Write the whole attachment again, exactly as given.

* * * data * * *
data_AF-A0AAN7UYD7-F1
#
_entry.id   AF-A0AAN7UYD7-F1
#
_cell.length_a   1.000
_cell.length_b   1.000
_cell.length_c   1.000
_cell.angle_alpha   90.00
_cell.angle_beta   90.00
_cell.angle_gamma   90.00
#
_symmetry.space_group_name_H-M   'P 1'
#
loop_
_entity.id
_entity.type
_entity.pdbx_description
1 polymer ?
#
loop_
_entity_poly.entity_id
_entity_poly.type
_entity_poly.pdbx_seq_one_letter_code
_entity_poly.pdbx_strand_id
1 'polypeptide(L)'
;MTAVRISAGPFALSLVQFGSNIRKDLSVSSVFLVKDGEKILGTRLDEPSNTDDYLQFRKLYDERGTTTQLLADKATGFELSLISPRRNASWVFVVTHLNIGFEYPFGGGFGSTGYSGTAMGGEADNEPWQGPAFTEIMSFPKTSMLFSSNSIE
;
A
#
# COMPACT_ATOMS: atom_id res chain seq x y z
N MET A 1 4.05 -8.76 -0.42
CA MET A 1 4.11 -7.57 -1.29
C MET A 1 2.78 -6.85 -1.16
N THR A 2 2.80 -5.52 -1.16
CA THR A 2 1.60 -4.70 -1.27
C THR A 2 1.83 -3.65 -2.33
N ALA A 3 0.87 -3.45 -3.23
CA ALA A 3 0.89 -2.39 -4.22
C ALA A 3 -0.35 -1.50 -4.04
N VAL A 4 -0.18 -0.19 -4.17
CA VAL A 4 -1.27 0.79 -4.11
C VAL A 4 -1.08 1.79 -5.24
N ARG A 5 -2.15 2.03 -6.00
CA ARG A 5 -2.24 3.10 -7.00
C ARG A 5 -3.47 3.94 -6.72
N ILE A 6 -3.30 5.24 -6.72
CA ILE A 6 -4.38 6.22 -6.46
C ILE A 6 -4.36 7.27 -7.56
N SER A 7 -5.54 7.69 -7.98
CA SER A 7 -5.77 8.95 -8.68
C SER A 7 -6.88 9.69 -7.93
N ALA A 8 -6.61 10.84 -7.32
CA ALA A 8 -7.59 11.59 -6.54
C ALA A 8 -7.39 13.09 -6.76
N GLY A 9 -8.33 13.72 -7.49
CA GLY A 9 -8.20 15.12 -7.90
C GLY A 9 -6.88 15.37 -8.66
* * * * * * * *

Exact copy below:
data_AF-A0AAN7UYD7-F1
#
_entry.id   AF-A0AAN7UYD7-F1
#
_cell.length_a   1.000
_cell.length_b   1.000
_cell.length_c   1.000
_cell.angle_alpha   90.00
_cell.angle_beta   90.00
_cell.angle_gamma   90.00
#
_symmetry.space_group_name_H-M   'P 1'
#
loop_
_entity.id
_entity.type
_entity.pdbx_description
1 polymer ?
#
loop_
_entity_poly.entity_id
_entity_poly.type
_entity_poly.pdbx_seq_one_letter_code
_entity_poly.pdbx_strand_id
1 'polypeptide(L)'
;MTAVRISAGPFALSLVQFGSNIRKDLSVSSVFLVKDGEKILGTRLDEPSNTDDYLQFRKLYDERGTTTQLLADKATGFELSLISPRRNASWVFVVTHLNIGFEYPFGGGFGSTGYSGTAMGGEADNEPWQGPAFTEIMSFPKTSMLFSSNSIE
;
A
#
# COMPACT_ATOMS: atom_id res chain seq x y z
N MET A 1 4.05 -8.76 -0.42
CA MET A 1 4.11 -7.57 -1.29
C MET A 1 2.78 -6.85 -1.16
N THR A 2 2.80 -5.52 -1.16
CA THR A 2 1.60 -4.70 -1.27
C THR A 2 1.83 -3.65 -2.33
N ALA A 3 0.87 -3.45 -3.23
CA ALA A 3 0.89 -2.39 -4.22
C ALA A 3 -0.35 -1.50 -4.04
N VAL A 4 -0.18 -0.19 -4.17
CA VAL A 4 -1.27 0.79 -4.11
C VAL A 4 -1.08 1.79 -5.24
N ARG A 5 -2.15 2.03 -6.00
CA ARG A 5 -2.24 3.10 -7.00
C ARG A 5 -3.47 3.94 -6.72
N ILE A 6 -3.30 5.24 -6.72
CA ILE A 6 -4.38 6.22 -6.46
C ILE A 6 -4.36 7.27 -7.56
N SER A 7 -5.54 7.69 -7.98
CA SER A 7 -5.77 8.95 -8.68
C SER A 7 -6.88 9.69 -7.93
N ALA A 8 -6.61 10.84 -7.32
CA ALA A 8 -7.59 11.59 -6.54
C ALA A 8 -7.39 13.09 -6.76
N GLY A 9 -8.33 13.72 -7.49
CA GLY A 9 -8.20 15.12 -7.90
C GLY A 9 -6.88 15.37 -8.66